11 Math

Chapter 11 - Math #

The next few chapters are, regrettably, necessary for developing your knack. Math, Physics, and Chemistry and fundamental to all engineering fields and while something about each of the three subjects finds a way to make the 16 year old highschooler in us release a long, exasperated groan. I think this is mostly due to each of these things being taught in a way that takes the fun and interesting parts out and replaces them with trying to learn skills that have largely been outdated by the advent of calculators, computers, and the internet. With that, let’s jump into it:

As with all of OpGuides, please skip around as necessary. I suspect the start of this math chapter will be stuff many readers already know, especially those currently in college.

This video on How to Read Math (YouTube, Dominic Walliman) and the cheat sheet from it, How To Read Math, Cheat Sheet (Flickr, Dominic Walliman) may help you get your brain juices flowing.

Chapter 11 - Math #

some motivation, Klein bottle guy, non-euclidean games, fractals, colatz conjecture, …

1 - Algebra #

This section is a tad bit misnamed, as instead of covering just Algebra I’ll be covering most things you’d learn in a high school Algebra class along side it, plus probably a bit extra.

Number Systems #

To get started, let’s look at ‘Number Systems’. Essentially, there are a variety of ‘types’ of numbers, rather than get all philosophical let’s just dive in and I think you’ll get the gist.

ℕ - Natural Numbers #

Natural Numbers are the dead basic set of numbers, 1, 2, 3, 4, 5, etc. note, this this doesn’t include fractions, decimals, etc. or the number 0. Whole Numbers is the set of natural numbers and the number 0, so 0, 1, 2, 3…

ℤ - Integers #

Alright, Natural and Whole numbers are great and all, but what if we want to represent a deficit or debt? Negative numbers would definitely be nice- introducing Integers, this is just the set of Whole numbers and the their inverses, so …. -3, -2, -1, 0, 1, 2, 3 …

If you come from a programming background, do note that what programming languages call integers is ever so slightly different. Namely, mathematically integers include arbitrarily large numbers, but in programming most int types are bounded by how many bits they can store, for example, an 8 bit signed integer can only hold values ranging from -128 to 127.

ℚ - Rational Numbers #

Alright, so, what if we want to represent the number of slices in a pie? Sure, we could say that pie has been cut into 6 slices and 1 of the slices is gone, so 5 remain, but the obviously natural way to say this is 5/6 of the pie is left, and like that we’ve invented rational numbers.

A rational number is any number that can be written as an integer over an integer. so \( \frac{1}{2} \text{ and } \frac{-1}{2} \) are both obviously valid. ‘Improper’ fractions, that is fractions where the top is bigger than the bottom, like \( \frac{4}{3} \text{ and } \frac{-3}{2} \) are both valid too.

Of note, these can be written as mixed numbers too, that is \( \frac{4}{3} = 1\frac{1}{3} \) , as \( \frac{3}{3} = 1 \text{ so the remaining } \frac{1}{3} \) is just written next to it.

Note, that rational numbers do include numbers with an infinite repeating decimal, that is while \( \frac{1}{2} \text{ can be written as } .5 \) , \( \frac{1}{3} \text{ has a repeating decimal, } \frac{1}{3} = .333333... = .\overline{33} \) , where the line over the 3’s implies that the 3’s repeat infinitely. This is still a rational number.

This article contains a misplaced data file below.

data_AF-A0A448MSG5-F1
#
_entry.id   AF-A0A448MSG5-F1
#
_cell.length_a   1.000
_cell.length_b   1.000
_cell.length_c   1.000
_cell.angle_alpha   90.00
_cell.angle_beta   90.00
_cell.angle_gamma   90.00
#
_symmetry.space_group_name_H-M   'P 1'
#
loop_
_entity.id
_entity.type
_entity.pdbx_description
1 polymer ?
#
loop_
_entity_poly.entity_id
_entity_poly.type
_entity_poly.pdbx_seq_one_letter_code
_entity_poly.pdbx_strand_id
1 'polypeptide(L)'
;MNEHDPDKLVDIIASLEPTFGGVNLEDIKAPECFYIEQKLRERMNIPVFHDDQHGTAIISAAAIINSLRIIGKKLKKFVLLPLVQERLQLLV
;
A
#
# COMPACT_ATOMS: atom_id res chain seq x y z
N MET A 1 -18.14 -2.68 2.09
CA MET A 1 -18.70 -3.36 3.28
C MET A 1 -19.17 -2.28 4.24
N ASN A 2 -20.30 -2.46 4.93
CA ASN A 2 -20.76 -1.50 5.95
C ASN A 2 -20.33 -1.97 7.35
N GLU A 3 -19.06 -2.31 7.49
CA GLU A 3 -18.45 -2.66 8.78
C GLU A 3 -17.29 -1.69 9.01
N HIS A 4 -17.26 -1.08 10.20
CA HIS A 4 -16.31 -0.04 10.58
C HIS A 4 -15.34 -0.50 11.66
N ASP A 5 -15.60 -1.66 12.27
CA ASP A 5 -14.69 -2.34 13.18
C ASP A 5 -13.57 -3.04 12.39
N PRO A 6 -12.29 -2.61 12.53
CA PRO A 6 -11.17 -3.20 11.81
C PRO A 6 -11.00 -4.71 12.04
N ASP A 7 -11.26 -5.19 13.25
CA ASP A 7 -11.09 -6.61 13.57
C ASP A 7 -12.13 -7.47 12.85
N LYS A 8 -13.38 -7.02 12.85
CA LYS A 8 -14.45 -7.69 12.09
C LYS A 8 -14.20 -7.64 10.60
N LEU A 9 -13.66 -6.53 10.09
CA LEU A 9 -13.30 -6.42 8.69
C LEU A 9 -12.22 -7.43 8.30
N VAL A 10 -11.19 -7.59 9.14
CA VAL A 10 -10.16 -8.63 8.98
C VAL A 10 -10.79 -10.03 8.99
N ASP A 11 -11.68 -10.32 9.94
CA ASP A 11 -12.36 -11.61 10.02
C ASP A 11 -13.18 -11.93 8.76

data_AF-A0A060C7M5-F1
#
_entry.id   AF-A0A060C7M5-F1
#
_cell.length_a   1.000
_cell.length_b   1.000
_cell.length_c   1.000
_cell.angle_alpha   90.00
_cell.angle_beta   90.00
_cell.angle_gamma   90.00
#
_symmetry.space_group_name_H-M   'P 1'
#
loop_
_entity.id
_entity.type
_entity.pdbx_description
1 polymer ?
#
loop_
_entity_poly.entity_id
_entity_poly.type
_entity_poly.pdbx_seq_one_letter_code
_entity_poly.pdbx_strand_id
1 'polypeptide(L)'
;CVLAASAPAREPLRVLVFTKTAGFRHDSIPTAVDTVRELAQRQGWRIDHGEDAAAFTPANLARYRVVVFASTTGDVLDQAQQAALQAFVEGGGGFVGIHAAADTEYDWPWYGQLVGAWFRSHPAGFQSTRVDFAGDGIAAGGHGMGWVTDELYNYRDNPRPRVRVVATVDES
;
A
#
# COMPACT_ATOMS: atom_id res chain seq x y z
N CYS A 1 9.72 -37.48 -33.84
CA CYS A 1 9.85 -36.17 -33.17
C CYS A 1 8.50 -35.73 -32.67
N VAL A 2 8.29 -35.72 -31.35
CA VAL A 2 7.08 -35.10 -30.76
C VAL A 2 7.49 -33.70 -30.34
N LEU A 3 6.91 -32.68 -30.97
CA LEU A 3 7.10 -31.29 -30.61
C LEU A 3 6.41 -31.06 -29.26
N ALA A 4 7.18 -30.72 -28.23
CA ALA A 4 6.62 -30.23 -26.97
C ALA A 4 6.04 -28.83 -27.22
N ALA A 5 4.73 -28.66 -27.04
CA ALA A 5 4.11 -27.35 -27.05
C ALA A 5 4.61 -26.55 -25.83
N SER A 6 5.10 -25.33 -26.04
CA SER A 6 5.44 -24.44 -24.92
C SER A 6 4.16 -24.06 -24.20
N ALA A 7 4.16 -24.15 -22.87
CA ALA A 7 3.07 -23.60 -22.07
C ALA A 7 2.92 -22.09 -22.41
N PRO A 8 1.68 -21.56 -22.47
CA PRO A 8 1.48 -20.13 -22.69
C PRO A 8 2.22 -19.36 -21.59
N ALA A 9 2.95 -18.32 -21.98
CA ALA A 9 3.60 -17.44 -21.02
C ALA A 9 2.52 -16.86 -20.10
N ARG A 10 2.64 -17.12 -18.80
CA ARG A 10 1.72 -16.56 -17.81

- Irrational Numbers #

Alright then, what’s an irrational number?

Well, this is easier to answer with a few examples, the most well know of which is \( \pi = 3.1415926535897932384626433832795028841971693993751058209749445923078164062862089986280348253421170679821480865132823066470938446095505822317253594081284811174502841027019385211055596446229489549303819644288109756659334461284756482337867831652712019091456485669234603486104543266482133936072602491412737245870066063155881748815209209628292540917153643678925903600113305305488204665213841469519415116094330572703657595919530921861173819326117931051185480744623799627495673518857527248912279381830119491298336733624406566430860213949463952247371907021798609437027705392171762931767523846748184676694051320005681271452635608277857713427577896091736371787214684409012249534301465495853710507922796892589235420199561121290219608640344181598136297747713099605187072113499999983729780499... \)

… I think you get the idea.

Irrational numbers are numbers where the decimal doesn’t repeat and as such can not be written as an integer over another integer. Because pi is a geometrically defined constant, it may be easier to look at something a bit more tangible.

the square root of a number is just the number that when multiplied with itself gives the number in question, so the square root of 4 is 2 because 2*2 is 4, the square root of 9 is 3 because 3*3 is 9, etc.

But what about the square root of 2? well \( \sqrt{2} = 1.414213562373.... \) you get the idea. Like with pi, it’s a number that goes on forever, with no repeating pattern.

Later on you’ll see other irrational constants like \( e = 2.718281828459.... \) and The Golden Ratio \( \frac{1+\sqrt{5}}{2} = 1.618033988749.... \)

ℝ - Real Numbers #

Finally, we’re up to the normal number line, that is, we now have the set of all numbers on the number line, all the way from -∞ to +∞, (often written as ±∞) pick any number, with as many random numbers before or after the decimal point as you want, and that’s a real number.

\( i \) - Imaginary Numbers #